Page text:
knew the golf course would depend on wells near Rancho Matilija that
supplied the Meiners Oaks Water Company and the Ventura River Water
Company.

“So the price of water was going up, and it didn’t make sense to me to
be paying more money to support a luxury golf course, especially during
a drought,” he says now. Coyne went on to describe his style of
activism: a kind of Environmental Organizing 101. He began by building a
constituency. Already Coyne was writing on a frequent basis for a local
alternative paper, the Ojai/Ventura Voice, a now-defunct BI- weekly for
which he wrote fifty-five stories on Farmont over the course of eleven
years. In the paper Coyne began raising questions about the project.

Coyne avoided any rumors in his reporting. Instead he focused tightly on
the requirements of the county’s General Plan. In county planning
documents, he discovered a paragraph that prohibited the irrigation of
golf courses with drinking water, unless it could be demonstrated that
“the existing and planned water supplies for an area are shown to be
adequate to meet the projected demands for all existing and foreseeable
demands for water in that area.”

This became the crux of the argument. Although Toyama and his planners,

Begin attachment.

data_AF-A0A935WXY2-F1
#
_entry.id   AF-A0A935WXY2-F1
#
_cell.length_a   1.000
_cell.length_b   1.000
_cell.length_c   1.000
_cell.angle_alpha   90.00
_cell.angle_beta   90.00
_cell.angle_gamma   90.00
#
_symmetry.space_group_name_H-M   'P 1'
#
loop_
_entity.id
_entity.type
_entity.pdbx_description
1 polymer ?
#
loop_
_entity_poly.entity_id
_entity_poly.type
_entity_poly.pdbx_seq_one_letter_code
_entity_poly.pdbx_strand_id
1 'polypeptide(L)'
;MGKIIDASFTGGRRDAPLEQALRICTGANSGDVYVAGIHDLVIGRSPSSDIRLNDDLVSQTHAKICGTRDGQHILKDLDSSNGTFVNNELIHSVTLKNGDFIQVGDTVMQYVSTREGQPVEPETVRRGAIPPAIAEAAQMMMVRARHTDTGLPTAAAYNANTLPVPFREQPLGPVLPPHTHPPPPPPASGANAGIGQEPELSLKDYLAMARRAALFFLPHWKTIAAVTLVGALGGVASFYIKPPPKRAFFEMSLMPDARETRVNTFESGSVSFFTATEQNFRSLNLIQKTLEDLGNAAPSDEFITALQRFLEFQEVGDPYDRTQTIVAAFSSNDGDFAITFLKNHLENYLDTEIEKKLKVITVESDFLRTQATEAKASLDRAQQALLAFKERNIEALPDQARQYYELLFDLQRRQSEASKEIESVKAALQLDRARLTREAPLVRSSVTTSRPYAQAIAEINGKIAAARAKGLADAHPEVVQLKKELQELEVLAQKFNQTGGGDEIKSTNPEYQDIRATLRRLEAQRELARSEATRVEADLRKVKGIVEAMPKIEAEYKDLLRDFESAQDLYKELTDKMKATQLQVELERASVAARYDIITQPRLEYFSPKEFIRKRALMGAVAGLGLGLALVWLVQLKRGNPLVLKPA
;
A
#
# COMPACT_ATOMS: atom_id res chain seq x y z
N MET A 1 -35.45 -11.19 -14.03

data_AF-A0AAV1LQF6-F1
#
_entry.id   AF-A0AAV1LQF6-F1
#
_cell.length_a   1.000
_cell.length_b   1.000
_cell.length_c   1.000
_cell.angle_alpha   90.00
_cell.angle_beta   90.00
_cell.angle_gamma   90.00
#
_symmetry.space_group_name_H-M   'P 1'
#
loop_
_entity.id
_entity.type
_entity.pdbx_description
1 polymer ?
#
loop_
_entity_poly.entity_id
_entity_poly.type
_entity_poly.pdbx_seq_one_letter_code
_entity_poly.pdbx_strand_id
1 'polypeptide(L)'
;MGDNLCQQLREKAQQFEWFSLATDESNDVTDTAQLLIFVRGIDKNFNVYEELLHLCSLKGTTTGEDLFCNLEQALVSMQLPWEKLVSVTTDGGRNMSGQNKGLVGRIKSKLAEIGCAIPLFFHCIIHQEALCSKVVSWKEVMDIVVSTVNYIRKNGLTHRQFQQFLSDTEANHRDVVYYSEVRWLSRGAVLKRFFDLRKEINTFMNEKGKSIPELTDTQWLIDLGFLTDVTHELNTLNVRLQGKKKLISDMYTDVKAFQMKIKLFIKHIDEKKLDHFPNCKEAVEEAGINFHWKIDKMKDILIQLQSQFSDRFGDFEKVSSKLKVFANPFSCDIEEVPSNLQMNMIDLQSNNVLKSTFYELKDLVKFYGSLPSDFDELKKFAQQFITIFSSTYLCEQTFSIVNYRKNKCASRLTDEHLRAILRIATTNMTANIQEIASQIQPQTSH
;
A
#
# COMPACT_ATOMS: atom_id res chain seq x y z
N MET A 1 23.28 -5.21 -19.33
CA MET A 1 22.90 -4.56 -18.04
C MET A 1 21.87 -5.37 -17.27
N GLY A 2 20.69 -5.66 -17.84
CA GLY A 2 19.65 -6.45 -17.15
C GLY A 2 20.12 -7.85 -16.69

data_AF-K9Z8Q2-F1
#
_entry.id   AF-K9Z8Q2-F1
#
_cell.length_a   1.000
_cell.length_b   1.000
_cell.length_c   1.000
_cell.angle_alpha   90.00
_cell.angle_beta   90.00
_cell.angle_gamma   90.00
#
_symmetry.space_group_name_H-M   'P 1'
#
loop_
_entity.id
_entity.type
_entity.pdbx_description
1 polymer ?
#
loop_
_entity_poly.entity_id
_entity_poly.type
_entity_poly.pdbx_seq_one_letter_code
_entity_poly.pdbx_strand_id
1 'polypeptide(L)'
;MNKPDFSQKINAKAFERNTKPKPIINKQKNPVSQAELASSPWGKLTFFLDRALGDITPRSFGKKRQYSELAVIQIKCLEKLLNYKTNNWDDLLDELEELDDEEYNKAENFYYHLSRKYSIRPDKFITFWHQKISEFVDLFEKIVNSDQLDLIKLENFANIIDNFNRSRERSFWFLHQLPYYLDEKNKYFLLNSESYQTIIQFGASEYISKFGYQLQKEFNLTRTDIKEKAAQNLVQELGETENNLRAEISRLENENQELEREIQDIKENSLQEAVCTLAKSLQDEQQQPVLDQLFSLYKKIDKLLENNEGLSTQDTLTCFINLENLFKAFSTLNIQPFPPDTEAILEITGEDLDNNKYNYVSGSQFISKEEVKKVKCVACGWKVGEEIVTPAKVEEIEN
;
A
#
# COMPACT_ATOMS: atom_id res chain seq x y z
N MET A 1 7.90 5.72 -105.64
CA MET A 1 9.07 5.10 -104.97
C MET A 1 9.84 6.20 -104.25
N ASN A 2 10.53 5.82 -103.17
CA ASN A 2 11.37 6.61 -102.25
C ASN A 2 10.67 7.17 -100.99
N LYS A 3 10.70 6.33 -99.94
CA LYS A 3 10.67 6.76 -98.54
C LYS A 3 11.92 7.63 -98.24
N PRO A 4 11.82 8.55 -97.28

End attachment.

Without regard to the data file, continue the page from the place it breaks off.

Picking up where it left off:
including the famous golf course architect Tom Fazio, proposed
workarounds, including a million-dollar plan to reclaim water for the
golf course from the Ojai Valley Sanitary District, nonetheless Alasdair
and his backers found enough support through appeals to the Board of Supervisors and the courts to block approval for over ten years. In the late 1990s Toyama became ill and ultimately passed away, and with his death and the stagnation of the Japanese economy, the project was abandoned and the land sold.

Today the bulk of the Farmont property has become the much-loved Ventura River Preserve, owned by the Ojai Valley Land Conservancy, purchased for $4 million dollars, with the bulk of the money coming in a $3.1 million grant from the California State Coastal Conservancy in January 2003. The Coastal Conservancy declared in the purchase agreement that this was the largest conservation acquisition in the history of Ventura County.

Looking back on the controversy, Nielson sounds philosophical about the
loss.

“Ojai is Ojai,” he said. “Probably it didn’t help that we were trying to
develop a golf course in the middle of a drought. I’ve long said that
any good idea should be able to withstand pushback. Alasdair mustered a
response, and ultimately time ran out and he won. I don’t resent
Alasdair.” Neilson joked that he couldn’t possibly resent a man who as a
result of the long-running battle over Farmont ended up putting his four
kids through college.

If it seems improbable that a self-employed organic gardener should be
the pivotal player in this high-stakes game, know that Coyne has been
leading efforts to preserve wildlands and access to wildlands since he
arrived in Ojai from Scotland in 1978. He led — and still leads — the
wilderness group Keep the Sespe Wild, which partnered with the Sierra
Club and others in the 1980s to pass a bill through Congress to preserve
the Sespe backcountry as wilderness and most of the 55 miles of Sespe Creek as a “Wild and Scenic River.”

When the Forest Service implemented an “Adventure Fee” in 1996,